posted by oreofuchi at 7:20 AM on February 14, 2011

For the obvious pick, how about Roxy Music's "Flesh + Blood?" It was their album just prior to Avalon. Aside from the cringe-inducing cover of In the Midnight hour (it's the first track so it's easily skipped), it's a solid album.
posted by Dr-Baa at 7:30 AM on February 14, 2011

Depeche Mode is a bit more synth but similar mood. Precious
posted by artdrectr at 8:46 AM on February 14, 2011

Not from that era but might as well be.... "Avalon" is the perfect album. I found other Roxy Music and Bryan Ferry to be so inconsistent that I gave up until recently when I heard a review for Ferry's new one, "Olympia." I can tell you that this new album is very much like Avalon. One song starts in an almost identical manner and may fool you for a moment. I think it is what you are looking for.
posted by Morrigan at 8:58 AM on February 14, 2011 [2 favorites]

You want The Lexicon of life by ABC. Particularly All of My Heart.
posted by tuesdayschild at 9:22 AM on February 14, 2011 [1 favorite]

Seconding True. Love it.
posted by perhapses at 9:29 AM on February 14, 2011

Stina Nordenstam - "This Is..." and "The World Is Saved."
posted by rhizome at 10:09 AM on February 14, 2011

Check out the just-released Kaputt, by Destroyer, which is being hailed for its Avalon-like sound.
posted by Clustercuss at 10:44 AM on February 14, 2011 [3 favorites]

Response by poster: Thanks, guys. Some great suggestions here. I'm going to start with the older stuff and work my way forward.
posted by roger ackroyd at 1:18 PM on February 14, 2011

David Sylvian, mentioned upthread, started out in a band called Japan. Their earliest albums, Adolescent Sex and Obscure Alternatives are more hard-edged, but I suggest you listen to their 3rd and 4th albums, Quiet Life and Gentlemen Take Polaroids. Here is their cover of Lou Reed's All Tomorrow's Parties.

I wonder why I can't walk into a menswear shop and say, 'Sell me something David Sylvian would wear".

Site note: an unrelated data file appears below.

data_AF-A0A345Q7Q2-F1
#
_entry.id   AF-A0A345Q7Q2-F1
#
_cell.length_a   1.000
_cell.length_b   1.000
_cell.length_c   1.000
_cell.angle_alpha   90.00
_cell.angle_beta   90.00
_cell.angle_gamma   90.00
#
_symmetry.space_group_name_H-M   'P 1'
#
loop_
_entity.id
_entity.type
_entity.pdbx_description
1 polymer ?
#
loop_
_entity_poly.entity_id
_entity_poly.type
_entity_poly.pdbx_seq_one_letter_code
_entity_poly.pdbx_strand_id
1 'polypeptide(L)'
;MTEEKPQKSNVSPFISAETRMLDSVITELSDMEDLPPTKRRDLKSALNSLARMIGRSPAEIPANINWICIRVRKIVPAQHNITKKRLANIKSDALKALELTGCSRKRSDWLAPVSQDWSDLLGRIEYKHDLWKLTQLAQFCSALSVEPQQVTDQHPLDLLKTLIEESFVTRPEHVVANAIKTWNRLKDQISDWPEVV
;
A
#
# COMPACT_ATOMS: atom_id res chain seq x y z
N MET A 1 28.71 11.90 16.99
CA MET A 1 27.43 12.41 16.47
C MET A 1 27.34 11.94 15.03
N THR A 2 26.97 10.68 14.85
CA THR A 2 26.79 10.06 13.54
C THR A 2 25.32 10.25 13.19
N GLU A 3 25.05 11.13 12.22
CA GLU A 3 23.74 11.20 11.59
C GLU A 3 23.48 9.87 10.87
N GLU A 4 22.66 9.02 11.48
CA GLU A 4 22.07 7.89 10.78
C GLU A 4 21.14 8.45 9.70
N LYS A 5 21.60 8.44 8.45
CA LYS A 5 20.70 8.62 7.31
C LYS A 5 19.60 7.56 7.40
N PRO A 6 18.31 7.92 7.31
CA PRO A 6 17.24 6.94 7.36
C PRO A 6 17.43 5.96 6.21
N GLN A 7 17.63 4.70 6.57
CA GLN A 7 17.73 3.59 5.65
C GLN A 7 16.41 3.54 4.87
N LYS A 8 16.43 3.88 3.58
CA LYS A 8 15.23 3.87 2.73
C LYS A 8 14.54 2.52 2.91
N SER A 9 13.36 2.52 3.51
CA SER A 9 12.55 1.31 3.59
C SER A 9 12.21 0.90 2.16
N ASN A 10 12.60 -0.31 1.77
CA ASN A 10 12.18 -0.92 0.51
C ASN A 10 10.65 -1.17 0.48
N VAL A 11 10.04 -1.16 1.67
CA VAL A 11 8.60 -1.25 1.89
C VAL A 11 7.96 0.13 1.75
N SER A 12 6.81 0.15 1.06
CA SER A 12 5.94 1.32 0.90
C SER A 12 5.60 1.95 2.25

posted by Multicellular Exothermic at 4:19 PM on February 14, 2011

neroli mentioned that cool obscure Metro album, which is an interesting little piece of history.

Also: Dave Sylvian & Mark Hollis.
posted by ovvl at 5:39 PM on February 14, 2011

Much later again but Annie Lennox's Medusa has a similar tone of lush wistfulness.
posted by Morrigan at 7:05 PM on February 14, 2011

nthing prinado's picks which cover pretty much everything I was thinking of when I read your question...

I may be way off here but I also put on Red House Painters when I'm in a Roxy/Ferry mood.
posted by screamingnotlaughing at 1:15 PM on February 15, 2011

nthing the David Sylvian and Japan recommendations, as well as ABC's The Lexicon of Love.

Some of Thomas Dolby's stuff also has this feel, especially his The Flat Earth album. The Golden Age of Wireless also has some lovely after the party's over music, like Airwaves.

And how could I forget Ultravox's Vienna ?
posted by needled at 6:26 PM on February 16, 2011

Antony & The Johnsons' albums all have a touch of Avalon's sense of decadent exhaustion. I Am A Bird Now mixes up tempos and styles a little, but The Crying Light sustains a slow, thoughtful tempo and is almost inappropriate to listen to at any time other than while lying in bed late at night with the lights out and a stiff drink on the nightstand.
posted by ardgedee at 7:29 PM on February 16, 2011

Response by poster: Happy birthday to this question.
posted by roger ackroyd at 9:45 AM on February 11, 2012 [1 favorite]

I wish more people would do that, roger!
posted by mykescipark at 2:01 PM on February 11, 2012 [1 favorite]